Senior institutional marketers understand the impact of thought leadership on their growth goals, ranking it the second most impactful marketing effort. Asset managers’ investment in thought leadership is not in line with the impact, however, with only 40% saying thought leadership is a top spending item.

Manager Thought Leadership Strategy Becoming Less Investor-Led…

Today 57% of senior institutional marketers tell us their thought leadership program is led by an editorial board consisting of professionals from marketing, sales and investments. This is a far cry from common practice prior to the severe disruption of the past decade, when thought leadership was largely driven by the interests or ideas of the investment team, with little to no input from marketing or distribution. Nonetheless, thought leadership is still created ad hoc across the organization by 36% of the firms with which we spoke.

…Although Marketers Feel Most Investor Content Still Isn’t That Effective

Only 7% of the senior institutional marketers we spoke with rate their own investor content as highly effective. This is not surprising to us, for several reasons. First, creating an effective thought leadership effort is difficult. It requires significant coordinated effort across many different teams (marketing, investments, distribution and compliance), a long-term strategic plan, and thought-provoking, sophisticated intellectual content that speaks to investors and reinforces that manager’s value proposition. In addition, most of the content produced by asset managers, in our view, is primarily descriptive in nature. Descriptive content without unique or provocative insight is generally perceived as just another drop in the asset manager “sea of sameness.”

Common Denominators of Great Thought Leadership

Just as there is no single best way to build a successful investment process, there is no silver bullet for creating great thought leadership, particularly since the definition of “great” depends on investor perception. Nonetheless, our research has identified common elements of asset manager thought leadership that most investors and consultants consider to be valuable (summarized on the right).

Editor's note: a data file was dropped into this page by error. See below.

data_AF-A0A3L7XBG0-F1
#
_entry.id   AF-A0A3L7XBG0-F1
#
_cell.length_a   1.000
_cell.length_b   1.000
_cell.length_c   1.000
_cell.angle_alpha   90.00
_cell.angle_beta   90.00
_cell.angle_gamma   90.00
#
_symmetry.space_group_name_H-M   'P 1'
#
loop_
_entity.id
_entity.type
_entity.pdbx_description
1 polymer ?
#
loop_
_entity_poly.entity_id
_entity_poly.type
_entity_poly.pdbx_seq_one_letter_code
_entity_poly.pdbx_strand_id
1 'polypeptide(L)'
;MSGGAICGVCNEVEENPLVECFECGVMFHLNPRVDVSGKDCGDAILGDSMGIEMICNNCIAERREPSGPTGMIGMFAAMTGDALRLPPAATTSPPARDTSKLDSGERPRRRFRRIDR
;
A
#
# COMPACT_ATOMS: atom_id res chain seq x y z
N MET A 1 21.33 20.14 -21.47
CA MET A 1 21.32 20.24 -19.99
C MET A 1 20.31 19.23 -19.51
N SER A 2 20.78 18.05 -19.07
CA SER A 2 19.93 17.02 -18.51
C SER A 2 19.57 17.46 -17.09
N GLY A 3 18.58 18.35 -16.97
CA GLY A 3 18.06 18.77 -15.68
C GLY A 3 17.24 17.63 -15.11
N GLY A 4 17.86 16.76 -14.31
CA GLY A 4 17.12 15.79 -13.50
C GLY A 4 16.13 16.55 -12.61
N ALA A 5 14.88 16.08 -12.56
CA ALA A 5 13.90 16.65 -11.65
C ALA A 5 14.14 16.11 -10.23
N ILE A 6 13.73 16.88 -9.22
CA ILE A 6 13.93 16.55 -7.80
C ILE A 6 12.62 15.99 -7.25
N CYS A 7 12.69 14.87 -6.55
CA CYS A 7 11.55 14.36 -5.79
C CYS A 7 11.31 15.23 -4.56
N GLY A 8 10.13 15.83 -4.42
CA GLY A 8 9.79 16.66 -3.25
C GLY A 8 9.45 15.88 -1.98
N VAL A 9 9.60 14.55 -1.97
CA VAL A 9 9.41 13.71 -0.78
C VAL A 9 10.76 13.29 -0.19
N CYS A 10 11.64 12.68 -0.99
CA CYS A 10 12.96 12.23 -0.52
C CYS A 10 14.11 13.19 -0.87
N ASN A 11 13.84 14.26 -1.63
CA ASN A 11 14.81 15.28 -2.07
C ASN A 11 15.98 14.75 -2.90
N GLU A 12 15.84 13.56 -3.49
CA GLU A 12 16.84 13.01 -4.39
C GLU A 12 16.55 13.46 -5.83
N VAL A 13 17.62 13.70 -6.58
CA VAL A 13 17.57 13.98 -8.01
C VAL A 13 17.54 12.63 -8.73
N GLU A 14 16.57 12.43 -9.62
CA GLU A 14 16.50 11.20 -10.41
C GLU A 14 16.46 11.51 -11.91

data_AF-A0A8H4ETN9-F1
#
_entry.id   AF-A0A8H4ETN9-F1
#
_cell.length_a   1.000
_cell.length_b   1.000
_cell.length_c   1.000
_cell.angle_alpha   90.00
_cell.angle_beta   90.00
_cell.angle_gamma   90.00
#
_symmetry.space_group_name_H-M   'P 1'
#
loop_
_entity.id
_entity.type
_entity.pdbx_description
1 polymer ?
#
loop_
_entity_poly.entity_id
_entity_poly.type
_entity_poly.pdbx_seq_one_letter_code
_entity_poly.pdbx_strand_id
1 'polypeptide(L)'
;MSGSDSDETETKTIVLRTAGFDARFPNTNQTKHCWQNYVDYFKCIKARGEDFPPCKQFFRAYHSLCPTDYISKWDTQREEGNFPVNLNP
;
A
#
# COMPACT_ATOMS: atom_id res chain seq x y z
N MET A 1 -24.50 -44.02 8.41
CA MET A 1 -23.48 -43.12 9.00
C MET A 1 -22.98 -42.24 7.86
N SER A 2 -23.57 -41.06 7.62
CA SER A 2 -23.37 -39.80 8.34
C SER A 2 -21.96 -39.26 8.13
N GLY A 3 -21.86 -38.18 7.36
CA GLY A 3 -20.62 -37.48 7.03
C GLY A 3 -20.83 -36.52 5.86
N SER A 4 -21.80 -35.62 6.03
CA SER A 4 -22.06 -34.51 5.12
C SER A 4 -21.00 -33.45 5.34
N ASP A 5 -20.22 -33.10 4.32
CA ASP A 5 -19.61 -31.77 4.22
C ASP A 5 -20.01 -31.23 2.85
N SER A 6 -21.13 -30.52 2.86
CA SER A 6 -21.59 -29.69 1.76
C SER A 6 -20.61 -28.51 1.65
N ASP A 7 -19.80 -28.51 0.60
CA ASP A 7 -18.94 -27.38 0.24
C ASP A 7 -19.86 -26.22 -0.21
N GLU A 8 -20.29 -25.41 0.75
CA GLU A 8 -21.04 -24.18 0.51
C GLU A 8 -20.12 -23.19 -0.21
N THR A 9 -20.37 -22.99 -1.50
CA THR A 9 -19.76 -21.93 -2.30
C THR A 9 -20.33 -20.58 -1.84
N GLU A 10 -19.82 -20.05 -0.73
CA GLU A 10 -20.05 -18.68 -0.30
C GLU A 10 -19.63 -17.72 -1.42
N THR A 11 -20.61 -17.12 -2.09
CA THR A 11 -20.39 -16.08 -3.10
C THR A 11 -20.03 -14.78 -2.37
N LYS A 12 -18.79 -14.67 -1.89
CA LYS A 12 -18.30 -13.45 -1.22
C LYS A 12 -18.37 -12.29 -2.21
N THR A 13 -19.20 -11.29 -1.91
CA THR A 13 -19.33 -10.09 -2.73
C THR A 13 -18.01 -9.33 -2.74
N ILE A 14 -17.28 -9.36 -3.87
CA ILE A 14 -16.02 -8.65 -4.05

Institutional Marketing’s Influence Will Continue to Grow…

As institutional marketing efforts are increasingly important to asset manager growth, we expect the role will continue to gain responsibility and influence. Over the next few years it will no longer be novel to hear that marketing and distribution are fully equal partners in driving asset manager business development strategy and tactics.

…Along with Increased Investment in Great Thought Leadership

As the severe disruption impacting the industry shows no signs of abating, we also expect that great thought leadership will remain one of the most impactful contributors to manager AUM growth. We expect to see the most successful asset managers continue to invest more resources toward this highly effective, albeit difficult-to-create marketing tool.

Key Elements of Great Manager Thought Leadership

Thought-Provoking, Even If Wrong. Investors tell us the ability to demonstrate independent thought is the most important factor in positioning a manager as a great thought leader. A great thought leader provides a differentiated, forward-looking point of view, not a recap.

Relevant. Investors value insight where the manager is deemed to have expertise (e.g., long-term REIT analysis from a real estate manager) and skip material viewed as generic (e.g., a macro recap from an active equity manager).

Keep It Clear, Crisp… Great thought leadership has a clear message that is easy to understand. Investors increasingly “scan” manager material first to decide whether or not they want to invest the time to actually read it, so executive summaries, frequent descriptive headlines and strong graphics all help make thought leadership impactful.

…and Concise. A short piece can be more difficult to create than a longer article, but brevity increases the chance that investors actually read it. Investors tell us they want thought leadership that is short, sweet and to the point.